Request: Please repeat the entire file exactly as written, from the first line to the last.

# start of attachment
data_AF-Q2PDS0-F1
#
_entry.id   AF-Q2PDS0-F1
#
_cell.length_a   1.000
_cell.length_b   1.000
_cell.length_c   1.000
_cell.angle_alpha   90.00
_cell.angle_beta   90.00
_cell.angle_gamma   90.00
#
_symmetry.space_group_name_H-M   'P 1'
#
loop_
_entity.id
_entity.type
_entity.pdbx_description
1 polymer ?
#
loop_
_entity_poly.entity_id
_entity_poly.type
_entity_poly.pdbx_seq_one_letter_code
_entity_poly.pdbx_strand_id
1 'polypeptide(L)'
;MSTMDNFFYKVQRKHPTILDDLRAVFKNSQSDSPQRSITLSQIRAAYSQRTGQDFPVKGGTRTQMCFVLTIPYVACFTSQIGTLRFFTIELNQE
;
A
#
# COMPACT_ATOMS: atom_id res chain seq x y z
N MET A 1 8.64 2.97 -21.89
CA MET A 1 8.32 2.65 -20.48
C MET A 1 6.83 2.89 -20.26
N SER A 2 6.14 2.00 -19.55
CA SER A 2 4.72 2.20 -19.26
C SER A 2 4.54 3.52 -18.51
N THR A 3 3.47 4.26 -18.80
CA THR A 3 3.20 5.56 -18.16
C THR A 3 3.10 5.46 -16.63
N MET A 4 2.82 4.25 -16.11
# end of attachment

data_AF-Q2PDS0-F1
#
_entry.id   AF-Q2PDS0-F1
#
_cell.length_a   1.000
_cell.length_b   1.000
_cell.length_c   1.000
_cell.angle_alpha   90.00
_cell.angle_beta   90.00
_cell.angle_gamma   90.00
#
_symmetry.space_group_name_H-M   'P 1'
#
loop_
_entity.id
_entity.type
_entity.pdbx_description
1 polymer ?
#
loop_
_entity_poly.entity_id
_entity_poly.type
_entity_poly.pdbx_seq_one_letter_code
_entity_poly.pdbx_strand_id
1 'polypeptide(L)'
;MSTMDNFFYKVQRKHPTILDDLRAVFKNSQSDSPQRSITLSQIRAAYSQRTGQDFPVKGGTRTQMCFVLTIPYVACFTSQIGTLRFFTIELNQE
;
A
#
# COMPACT_ATOMS: atom_id res chain seq x y z
N MET A 1 8.64 2.97 -21.89
CA MET A 1 8.32 2.65 -20.48
C MET A 1 6.83 2.89 -20.26
N SER A 2 6.14 2.00 -19.55
CA SER A 2 4.72 2.20 -19.26
C SER A 2 4.54 3.52 -18.51
N THR A 3 3.47 4.26 -18.80
CA THR A 3 3.20 5.56 -18.16
C THR A 3 3.10 5.46 -16.63
N MET A 4 2.82 4.25 -16.11